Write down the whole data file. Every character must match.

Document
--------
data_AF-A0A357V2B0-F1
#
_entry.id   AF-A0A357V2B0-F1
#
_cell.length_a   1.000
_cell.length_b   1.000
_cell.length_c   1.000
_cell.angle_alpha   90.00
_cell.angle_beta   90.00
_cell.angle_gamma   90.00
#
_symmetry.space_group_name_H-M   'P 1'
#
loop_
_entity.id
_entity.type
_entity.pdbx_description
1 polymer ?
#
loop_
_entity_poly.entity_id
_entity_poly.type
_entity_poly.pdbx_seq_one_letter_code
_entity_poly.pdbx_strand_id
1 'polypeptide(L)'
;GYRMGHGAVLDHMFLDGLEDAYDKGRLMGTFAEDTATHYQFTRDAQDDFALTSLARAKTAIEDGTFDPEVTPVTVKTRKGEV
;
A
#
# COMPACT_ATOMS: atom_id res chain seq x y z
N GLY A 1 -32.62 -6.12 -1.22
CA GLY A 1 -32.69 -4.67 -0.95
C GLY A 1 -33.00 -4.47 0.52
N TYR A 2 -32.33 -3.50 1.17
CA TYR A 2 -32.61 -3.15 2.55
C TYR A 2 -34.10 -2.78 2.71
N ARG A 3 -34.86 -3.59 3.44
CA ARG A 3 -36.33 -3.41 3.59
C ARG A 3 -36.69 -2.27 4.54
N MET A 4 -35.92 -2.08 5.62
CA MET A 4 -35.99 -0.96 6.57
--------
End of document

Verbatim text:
data_AF-A0A357V2B0-F1
#
_entry.id   AF-A0A357V2B0-F1
#
_cell.length_a   1.000
_cell.length_b   1.000
_cell.length_c   1.000
_cell.angle_alpha   90.00
_cell.angle_beta   90.00
_cell.angle_gamma   90.00
#
_symmetry.space_group_name_H-M   'P 1'
#
loop_
_entity.id
_entity.type
_entity.pdbx_description
1 polymer ?
#
loop_
_entity_poly.entity_id
_entity_poly.type
_entity_poly.pdbx_seq_one_letter_code
_entity_poly.pdbx_strand_id
1 'polypeptide(L)'
;GYRMGHGAVLDHMFLDGLEDAYDKGRLMGTFAEDTATHYQFTRDAQDDFALTSLARAKTAIEDGTFDPEVTPVTVKTRKGEV
;
A
#
# COMPACT_ATOMS: atom_id res chain seq x y z
N GLY A 1 -32.62 -6.12 -1.22
CA GLY A 1 -32.69 -4.67 -0.95
C GLY A 1 -33.00 -4.47 0.52
N TYR A 2 -32.33 -3.50 1.17
CA TYR A 2 -32.61 -3.15 2.55
C TYR A 2 -34.10 -2.78 2.71
N ARG A 3 -34.86 -3.59 3.44
CA ARG A 3 -36.33 -3.41 3.59
C ARG A 3 -36.69 -2.27 4.54
N MET A 4 -35.92 -2.08 5.62
CA MET A 4 -35.99 -0.96 6.57